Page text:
It is clear that the arcade operators need to find a route to competition. I think that the noble Lord, Lord Addington, was making that point about the real attractiveness of those operations. Clearly, we need to get the balance right between the arcade operators and what might be called the harder gambling environments. We do not believe for a second that this provision answers all of those problems, but it will contribute to the industrys ability to reinvent itself and make it competitive.
The noble Lord, Lord Luke, asked why we had not looked at category B3 machines. Our view is that we brought forward this particular issue exceptionally to look at category C and D machines. I think that we have made it clear to the industry that we are not yet convinced that a sufficient case has been made for increasing the category B entitlement. If we were
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Overall, gambling is a delicate area but not a difficult one. We need to get the balance right and these are small changes for a particular area of commercial activity. We do not for a second believe that this will reinvigorate the English seaside resort. However, as a regular attendee of UK seaside resorts, I think that it would be fair to point to the improvements made over the past 12 to 15 years in water quality and the bathing environment, in the quality of meals in pubs and in the opportunity for people to enjoy that holiday environmentnot to mention the competitiveness of sterling, which is making UK resorts ever more attractive. This small measure will, we hope, allow our seaside arcades to make themselves more attractive, more competitive and more commercially viable.
Lord Taylor of Holbeach: As I mentioned before the break, my amendments in this group strengthen slightly the consultation requirements on Natural England when preparing its report. My first two amendments probe the consultation with those with a relevant interest in the land. We have talked about the definition of that. Given the rather tighter definition of relevant interest that the Government insist on in the Bill, as opposed to the CROW Act, the number of consultees will not necessarily be as high. I should like some assurances that Natural England will do all that it can to seek out the views of those who are not large landowners or are not plugged into national or even local organisations so that they are involved in the development of the legislation. They may not even know about the development of this route and will certainly not know that they need to keep an eye out for what is proposed by Natural England.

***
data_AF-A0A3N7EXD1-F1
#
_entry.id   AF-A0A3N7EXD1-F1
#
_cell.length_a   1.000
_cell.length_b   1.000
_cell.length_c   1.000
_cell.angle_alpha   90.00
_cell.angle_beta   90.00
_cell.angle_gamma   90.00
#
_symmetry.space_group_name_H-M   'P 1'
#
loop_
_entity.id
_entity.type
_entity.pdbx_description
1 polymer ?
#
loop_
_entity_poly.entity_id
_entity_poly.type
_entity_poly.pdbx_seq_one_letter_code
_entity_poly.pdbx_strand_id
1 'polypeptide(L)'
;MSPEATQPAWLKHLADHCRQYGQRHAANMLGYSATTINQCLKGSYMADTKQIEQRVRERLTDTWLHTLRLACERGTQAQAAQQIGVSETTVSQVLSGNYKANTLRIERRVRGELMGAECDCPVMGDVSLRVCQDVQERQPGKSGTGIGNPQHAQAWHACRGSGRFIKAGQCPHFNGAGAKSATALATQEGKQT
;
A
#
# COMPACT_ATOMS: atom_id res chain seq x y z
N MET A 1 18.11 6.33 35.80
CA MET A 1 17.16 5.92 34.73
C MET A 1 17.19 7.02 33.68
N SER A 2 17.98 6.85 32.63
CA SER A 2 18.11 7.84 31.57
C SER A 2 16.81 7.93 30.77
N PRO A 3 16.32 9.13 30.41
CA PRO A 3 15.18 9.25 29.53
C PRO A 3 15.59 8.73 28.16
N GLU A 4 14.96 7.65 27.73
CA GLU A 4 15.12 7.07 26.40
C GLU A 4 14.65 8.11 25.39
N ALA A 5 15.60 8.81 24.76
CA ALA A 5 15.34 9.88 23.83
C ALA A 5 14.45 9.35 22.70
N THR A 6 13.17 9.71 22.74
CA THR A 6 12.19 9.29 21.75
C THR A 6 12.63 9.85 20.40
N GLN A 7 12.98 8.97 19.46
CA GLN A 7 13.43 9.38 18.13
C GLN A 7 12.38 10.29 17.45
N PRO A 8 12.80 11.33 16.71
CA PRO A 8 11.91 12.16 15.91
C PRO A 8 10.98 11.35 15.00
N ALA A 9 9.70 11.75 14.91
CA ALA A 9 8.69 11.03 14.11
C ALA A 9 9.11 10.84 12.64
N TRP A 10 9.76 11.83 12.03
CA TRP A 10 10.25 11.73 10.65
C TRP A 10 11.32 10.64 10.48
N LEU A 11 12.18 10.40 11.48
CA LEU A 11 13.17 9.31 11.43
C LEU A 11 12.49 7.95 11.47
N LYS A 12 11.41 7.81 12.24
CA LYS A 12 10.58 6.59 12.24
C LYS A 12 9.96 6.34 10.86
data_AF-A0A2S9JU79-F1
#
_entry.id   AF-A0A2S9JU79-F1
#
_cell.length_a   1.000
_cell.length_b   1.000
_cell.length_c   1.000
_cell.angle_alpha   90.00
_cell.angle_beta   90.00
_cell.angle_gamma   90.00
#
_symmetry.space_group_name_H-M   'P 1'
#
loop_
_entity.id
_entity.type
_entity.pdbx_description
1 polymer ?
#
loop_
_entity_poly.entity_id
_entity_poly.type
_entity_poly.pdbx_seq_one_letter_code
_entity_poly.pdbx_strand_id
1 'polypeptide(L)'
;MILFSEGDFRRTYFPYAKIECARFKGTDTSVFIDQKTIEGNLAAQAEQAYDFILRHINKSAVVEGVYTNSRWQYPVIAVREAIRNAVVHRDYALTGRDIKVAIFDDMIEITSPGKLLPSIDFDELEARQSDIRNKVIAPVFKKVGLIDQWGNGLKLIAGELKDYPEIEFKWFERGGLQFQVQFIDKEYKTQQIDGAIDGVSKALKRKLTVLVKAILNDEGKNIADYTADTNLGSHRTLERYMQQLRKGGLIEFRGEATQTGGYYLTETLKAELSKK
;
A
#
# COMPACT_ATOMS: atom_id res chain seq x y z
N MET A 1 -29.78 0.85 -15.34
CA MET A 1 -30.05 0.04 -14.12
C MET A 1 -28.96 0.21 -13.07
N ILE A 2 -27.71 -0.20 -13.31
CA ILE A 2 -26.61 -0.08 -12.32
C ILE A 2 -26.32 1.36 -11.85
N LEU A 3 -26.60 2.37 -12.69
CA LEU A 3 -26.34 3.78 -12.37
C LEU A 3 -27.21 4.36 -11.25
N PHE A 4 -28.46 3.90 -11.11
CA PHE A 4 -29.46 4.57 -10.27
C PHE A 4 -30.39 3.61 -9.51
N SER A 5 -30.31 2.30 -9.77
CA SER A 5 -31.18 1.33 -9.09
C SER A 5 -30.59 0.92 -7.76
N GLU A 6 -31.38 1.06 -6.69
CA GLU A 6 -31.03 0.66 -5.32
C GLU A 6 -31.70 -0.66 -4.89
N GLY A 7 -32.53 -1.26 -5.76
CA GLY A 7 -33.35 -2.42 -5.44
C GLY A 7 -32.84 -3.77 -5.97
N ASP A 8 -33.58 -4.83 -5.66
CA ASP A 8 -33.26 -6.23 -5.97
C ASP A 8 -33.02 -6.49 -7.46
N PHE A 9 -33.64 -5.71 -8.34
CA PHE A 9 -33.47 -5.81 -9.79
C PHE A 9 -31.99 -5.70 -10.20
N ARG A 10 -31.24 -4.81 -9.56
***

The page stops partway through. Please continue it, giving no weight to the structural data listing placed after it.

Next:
National and local organisations will also be important. The briefings that Peers on all sides have received from some of them show how useful they can be in identifying the concerns of both potential users and those who will be affected. To ignore them would be a big mistake. My third amendment would ensure that they, too, are consulted properly during the preparatory stages. I beg to move.
Baroness Byford: My Amendment 338A is in this group. In page 179, line 42, it would leave out paragraph (e). It is a probing amendment. My noble friend talked earlier about the whole question of the MoD and MoD land and the possibility of access land. The reason for my amendment is to ask the Minister how Natural England will know what available land falls within the national security category. It is also linked with new Section 55D(6)(b). Will Natural England be able to explain any exclusions or restrictions resulting from defence or national security considerations? If not, what price openness and transparency? Between the two provisions, it seems that any military land that may be used or opened up for access could in the first instance not to be known to Natural England. I suspect that it would be known to local authorities, but it does not say that in the Bill; it just refers to Natural England and the Secretary of State. That is the reason for my first amendment.
My name is linked to the second amendment tabled by the noble Baroness, Lady Mallalieu, which concerns Statutory Instrument 1993/12. The list in that statutory instrument works well at present. It is simple; it is well known to everybody; it has 10 people to consult in all. They are: the Auto Cycle Union, the British Horse Society, the Byways and Bridleways Trust, the Open Spaces Society, the Ramblers Association, the British Driving Society, the Cyclist Touring Club, the Peak and Northern Footpaths Society, the Chiltern Society and the Welsh Trail Riders Association. It seems odd, if something is working well, that it will not be included. I am happy to support that amendment as well.